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Happy Maha Shivratri 2023: Know All about the Maha Shivratri Celebrations

Happy Maha Shivratri 2023

One of the most significant festivals for Hindus is Maha Shivaratri. The day is devoted to Lord Shiva and is observed with lavish celebrations all over India. On this day, devotees observe a fast and worship Lord Shiva to enlist his blessings. On Maha Shivaratri, it is believed that fasting and worshipping Lord Shiva for just one day will bring you blessings for a lifetime.

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Maha Shivratri 2023: Date and Time

According to the Hindu calendar, Maha Shivaratri occurs on chaturdashi tithi, or the fourteenth day of the Krishna Paksha (dark fortnight) in the month of Phalguna, which coincides with the Gregorian calendar months of February and March.

Maha Shivaratri will be observed this year on February 18 on a Saturday. The panchang predicts that Chaturdashi Tithi will begin on February 18 at 8.20 pm and end on February 19 at 4.18 pm. Here are the shubh muhurat, puja vidhi, and daily rituals.

Maha Shivratri 2023: Shubh Muhurat

  • First Prahar Pooja Muhurat: 6.13 PM to 9.24 PM, February 18
  • Second Prahar Pooja Muhurat: 9.24 PM on February 18 to 12.35 AM, February 19
  • Third Prahar Pooja Muhurat: 12.35 AM to 3.46 AM on February 19
  • Fourth Prahar Pooja Muhurat: 3.46 AM to 6.56 AM on February 19
  • Nishita Kaal Pooja Muhurat:12.09 AM to 1 AM, February 19
  • Maha Shivratri Parana Muhurat: 6.56 AM to 3.24 AM, February 19

Maha Shivratri 2023: Shivratri Celebrations

  • An annual Hindu event called Maha Shivaratri is held to honour the god Shiva.
  • The festival honours the union of Shiva and Parvati, and it is also thought to be the time when the god Tandava performs his holy dance.
  • Every luni-solar Hindu month has a Shivaratri, or “night of Shiva,” which is observed the night before the new moon.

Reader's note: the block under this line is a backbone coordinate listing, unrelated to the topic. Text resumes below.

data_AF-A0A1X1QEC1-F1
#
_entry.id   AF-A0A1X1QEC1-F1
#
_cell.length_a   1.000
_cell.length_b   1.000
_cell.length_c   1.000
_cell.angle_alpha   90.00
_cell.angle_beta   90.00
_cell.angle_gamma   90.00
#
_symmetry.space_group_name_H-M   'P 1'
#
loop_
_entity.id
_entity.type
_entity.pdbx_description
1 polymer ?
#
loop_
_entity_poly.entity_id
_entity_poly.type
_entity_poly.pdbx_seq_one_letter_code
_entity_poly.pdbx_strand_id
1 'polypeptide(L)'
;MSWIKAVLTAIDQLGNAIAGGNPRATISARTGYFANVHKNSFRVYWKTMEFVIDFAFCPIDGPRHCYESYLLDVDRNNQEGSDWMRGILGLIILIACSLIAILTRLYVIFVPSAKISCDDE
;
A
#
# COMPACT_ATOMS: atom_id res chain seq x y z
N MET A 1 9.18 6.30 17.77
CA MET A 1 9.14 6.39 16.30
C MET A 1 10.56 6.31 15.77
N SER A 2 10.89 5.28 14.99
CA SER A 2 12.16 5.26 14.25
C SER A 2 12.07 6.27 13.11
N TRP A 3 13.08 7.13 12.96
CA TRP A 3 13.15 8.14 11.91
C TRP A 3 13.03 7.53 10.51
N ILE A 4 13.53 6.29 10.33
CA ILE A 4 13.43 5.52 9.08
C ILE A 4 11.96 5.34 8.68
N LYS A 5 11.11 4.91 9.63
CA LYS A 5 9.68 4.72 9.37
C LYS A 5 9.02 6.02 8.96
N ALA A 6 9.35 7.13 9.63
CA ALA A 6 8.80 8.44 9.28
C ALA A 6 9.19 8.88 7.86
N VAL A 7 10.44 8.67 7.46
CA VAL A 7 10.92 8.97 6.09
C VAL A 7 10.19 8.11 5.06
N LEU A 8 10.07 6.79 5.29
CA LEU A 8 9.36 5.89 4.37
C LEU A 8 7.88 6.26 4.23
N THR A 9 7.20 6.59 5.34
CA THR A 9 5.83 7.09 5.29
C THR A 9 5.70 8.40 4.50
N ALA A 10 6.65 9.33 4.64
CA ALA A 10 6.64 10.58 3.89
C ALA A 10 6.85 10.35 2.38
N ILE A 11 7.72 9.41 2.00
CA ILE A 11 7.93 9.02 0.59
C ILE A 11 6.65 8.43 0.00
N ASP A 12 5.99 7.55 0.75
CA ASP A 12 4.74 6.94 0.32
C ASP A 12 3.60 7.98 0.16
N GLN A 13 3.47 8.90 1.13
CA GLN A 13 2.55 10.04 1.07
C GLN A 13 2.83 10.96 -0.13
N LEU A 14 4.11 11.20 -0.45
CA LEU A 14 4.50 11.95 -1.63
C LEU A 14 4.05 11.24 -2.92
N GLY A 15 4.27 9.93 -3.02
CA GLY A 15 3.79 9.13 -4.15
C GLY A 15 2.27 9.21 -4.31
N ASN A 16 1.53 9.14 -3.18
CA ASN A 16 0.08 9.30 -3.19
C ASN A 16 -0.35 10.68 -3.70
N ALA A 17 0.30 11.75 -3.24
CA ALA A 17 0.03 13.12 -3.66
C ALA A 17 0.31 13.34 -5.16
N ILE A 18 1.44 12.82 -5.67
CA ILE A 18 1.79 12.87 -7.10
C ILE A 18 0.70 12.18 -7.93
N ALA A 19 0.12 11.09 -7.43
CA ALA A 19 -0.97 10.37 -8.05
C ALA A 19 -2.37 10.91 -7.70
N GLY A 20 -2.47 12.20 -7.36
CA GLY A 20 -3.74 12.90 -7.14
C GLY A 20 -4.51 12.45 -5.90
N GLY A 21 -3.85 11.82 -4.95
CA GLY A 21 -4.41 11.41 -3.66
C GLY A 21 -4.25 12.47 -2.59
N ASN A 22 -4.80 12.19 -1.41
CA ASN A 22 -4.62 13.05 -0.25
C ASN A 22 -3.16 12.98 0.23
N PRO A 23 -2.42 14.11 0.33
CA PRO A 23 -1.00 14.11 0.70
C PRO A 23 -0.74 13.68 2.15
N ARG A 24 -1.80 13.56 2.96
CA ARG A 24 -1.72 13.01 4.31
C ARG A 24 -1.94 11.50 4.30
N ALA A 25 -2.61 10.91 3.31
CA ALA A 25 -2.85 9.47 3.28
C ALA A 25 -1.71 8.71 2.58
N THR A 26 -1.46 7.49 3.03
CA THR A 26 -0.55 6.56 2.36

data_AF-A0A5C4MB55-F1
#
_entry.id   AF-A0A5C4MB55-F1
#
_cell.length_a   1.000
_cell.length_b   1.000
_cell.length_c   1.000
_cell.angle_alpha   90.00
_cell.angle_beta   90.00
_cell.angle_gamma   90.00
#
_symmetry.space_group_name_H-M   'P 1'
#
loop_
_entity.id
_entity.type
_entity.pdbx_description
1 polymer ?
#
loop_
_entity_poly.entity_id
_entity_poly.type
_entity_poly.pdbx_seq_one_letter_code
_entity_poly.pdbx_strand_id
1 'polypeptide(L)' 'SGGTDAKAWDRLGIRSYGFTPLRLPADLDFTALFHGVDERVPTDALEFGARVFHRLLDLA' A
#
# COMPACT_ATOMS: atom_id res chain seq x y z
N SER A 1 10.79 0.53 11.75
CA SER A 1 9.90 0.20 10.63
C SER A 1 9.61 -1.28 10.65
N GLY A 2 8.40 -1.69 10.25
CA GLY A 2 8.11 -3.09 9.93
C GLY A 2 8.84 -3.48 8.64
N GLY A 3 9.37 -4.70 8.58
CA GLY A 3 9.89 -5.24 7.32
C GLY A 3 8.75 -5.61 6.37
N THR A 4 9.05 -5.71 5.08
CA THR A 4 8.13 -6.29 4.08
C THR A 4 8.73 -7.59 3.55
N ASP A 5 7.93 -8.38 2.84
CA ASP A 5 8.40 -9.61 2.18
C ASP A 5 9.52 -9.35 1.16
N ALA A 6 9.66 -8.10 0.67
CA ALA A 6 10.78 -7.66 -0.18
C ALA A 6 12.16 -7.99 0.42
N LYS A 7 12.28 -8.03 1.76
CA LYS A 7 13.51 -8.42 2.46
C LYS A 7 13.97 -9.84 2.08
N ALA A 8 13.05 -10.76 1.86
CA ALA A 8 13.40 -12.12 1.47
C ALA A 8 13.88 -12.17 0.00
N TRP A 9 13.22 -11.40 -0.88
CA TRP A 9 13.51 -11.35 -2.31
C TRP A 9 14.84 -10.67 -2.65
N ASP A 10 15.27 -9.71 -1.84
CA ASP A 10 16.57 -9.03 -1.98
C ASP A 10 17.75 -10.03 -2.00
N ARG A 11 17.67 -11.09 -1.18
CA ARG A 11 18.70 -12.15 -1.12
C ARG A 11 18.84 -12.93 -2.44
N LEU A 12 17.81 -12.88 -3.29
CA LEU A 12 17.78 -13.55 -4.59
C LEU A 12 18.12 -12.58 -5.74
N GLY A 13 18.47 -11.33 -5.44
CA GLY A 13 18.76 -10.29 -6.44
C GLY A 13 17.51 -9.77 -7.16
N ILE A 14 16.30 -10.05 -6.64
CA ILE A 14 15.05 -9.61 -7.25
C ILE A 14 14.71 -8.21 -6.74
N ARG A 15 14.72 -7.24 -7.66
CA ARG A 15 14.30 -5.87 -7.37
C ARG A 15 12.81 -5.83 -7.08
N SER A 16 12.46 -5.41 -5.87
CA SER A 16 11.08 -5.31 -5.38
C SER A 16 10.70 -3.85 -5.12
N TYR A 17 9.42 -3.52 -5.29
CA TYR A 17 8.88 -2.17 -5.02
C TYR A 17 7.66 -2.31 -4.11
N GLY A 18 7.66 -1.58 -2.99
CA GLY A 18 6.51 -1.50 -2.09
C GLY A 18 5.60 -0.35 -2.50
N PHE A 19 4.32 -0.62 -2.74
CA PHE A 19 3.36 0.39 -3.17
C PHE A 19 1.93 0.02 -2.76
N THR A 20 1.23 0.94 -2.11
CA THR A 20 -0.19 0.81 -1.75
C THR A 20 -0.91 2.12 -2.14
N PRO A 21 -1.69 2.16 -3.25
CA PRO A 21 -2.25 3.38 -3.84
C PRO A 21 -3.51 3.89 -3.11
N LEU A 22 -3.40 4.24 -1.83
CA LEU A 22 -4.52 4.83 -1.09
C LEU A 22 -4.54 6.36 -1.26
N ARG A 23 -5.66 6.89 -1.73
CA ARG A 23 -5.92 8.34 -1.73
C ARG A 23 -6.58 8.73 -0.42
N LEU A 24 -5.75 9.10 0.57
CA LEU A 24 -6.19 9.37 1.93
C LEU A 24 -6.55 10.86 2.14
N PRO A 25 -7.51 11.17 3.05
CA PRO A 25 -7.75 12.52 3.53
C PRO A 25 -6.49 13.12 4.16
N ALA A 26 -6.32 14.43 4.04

• There are hence 12 shivratris per year.
  • This night is celebrated as “Maha Shivaratri” or “the big night of Shiva” once a year, in the final days of winter and just before the start of summer.

According to the Hindu calendars of North and South India, this day falls in the months of Phalguna and Magha, respectively. Maha Shivaratri is commemorated on Chaturdashi Tithi during Krishna Paksha in the month of Magha according to the South Indian calendar, and on the 13th or 14th night of Krishna Paksha in Phalguna according to the Hindu calendar, with the Gregorian date staying the same, in other areas of India.

Maha Shivratri 2023: Shivratri Celebrations
Maha Shivratri 2023: Shivratri Celebrations

Maha Shivratri 2023: Literature and Tradition

The Skanda Purana, Linga Purana, and Padma Purana are three Puranas that specifically reference the Maha Shivaratri. These Shaiva literature from the mediaeval past give many interpretations of this holiday and include fasting and devotion for Shiva emblems like the lingam.

  • Legends from several cultures explain the significance of Maha Shivaratri.
  • This is the night when Shiva performs the divine dance of creation, preservation, and annihilation, according to one Shaivism-based narrative.
  • Shiva’s presence is remembered everywhere through the chanting of hymns, the reading of Shiva scriptures, and the chorus of worshippers who join this cosmic dance. Another myth claims that this was the night that Shiva and Parvati were wed.
  • According to a separate tale, making an annual offering to Shiva idols like the linga is a chance to atone for any sins you may have committed in the past and get back on the right path to Mount Kailasha and liberation.
  • It is also said that on this specific day, Shiva is said to have swallowed the halahala created during the Samudra Manthana and observed it in his bruised and blue-tinged neck, which is how he came to be known as Nilakantha.
  • It is also thought that this occurrence occurred at the well-known Neelkanth Mahadev Temple.
Maha Shivratri 2023: Literature and Tradition
Maha Shivratri 2023: Literature and Tradition

Maha Shivratri 2023: Significance of Maha Shivaratri

This festival’s importance of the dance heritage has a long history. The Maha Shivaratri has historically brought together performers for yearly dance celebrations in significant Hindu temples like Konark, Khajuraho, Pattadakal, Modhera, and Chidambaram. At the Chidambaram temple, which is well-known for its sculptures depicting all dance mudras from the ancient Hindu canon of performance arts known as Natya Shastra, this event is known as Natyanjali, which literally means “worship via dance.” Parallel to this, Alexander Cunningham noted in 1864 that at the Khajuraho Shiva temples, a significant fair and dance event on Maha Shivaratri had Shaiva pilgrims camped out over miles around the temple complex.


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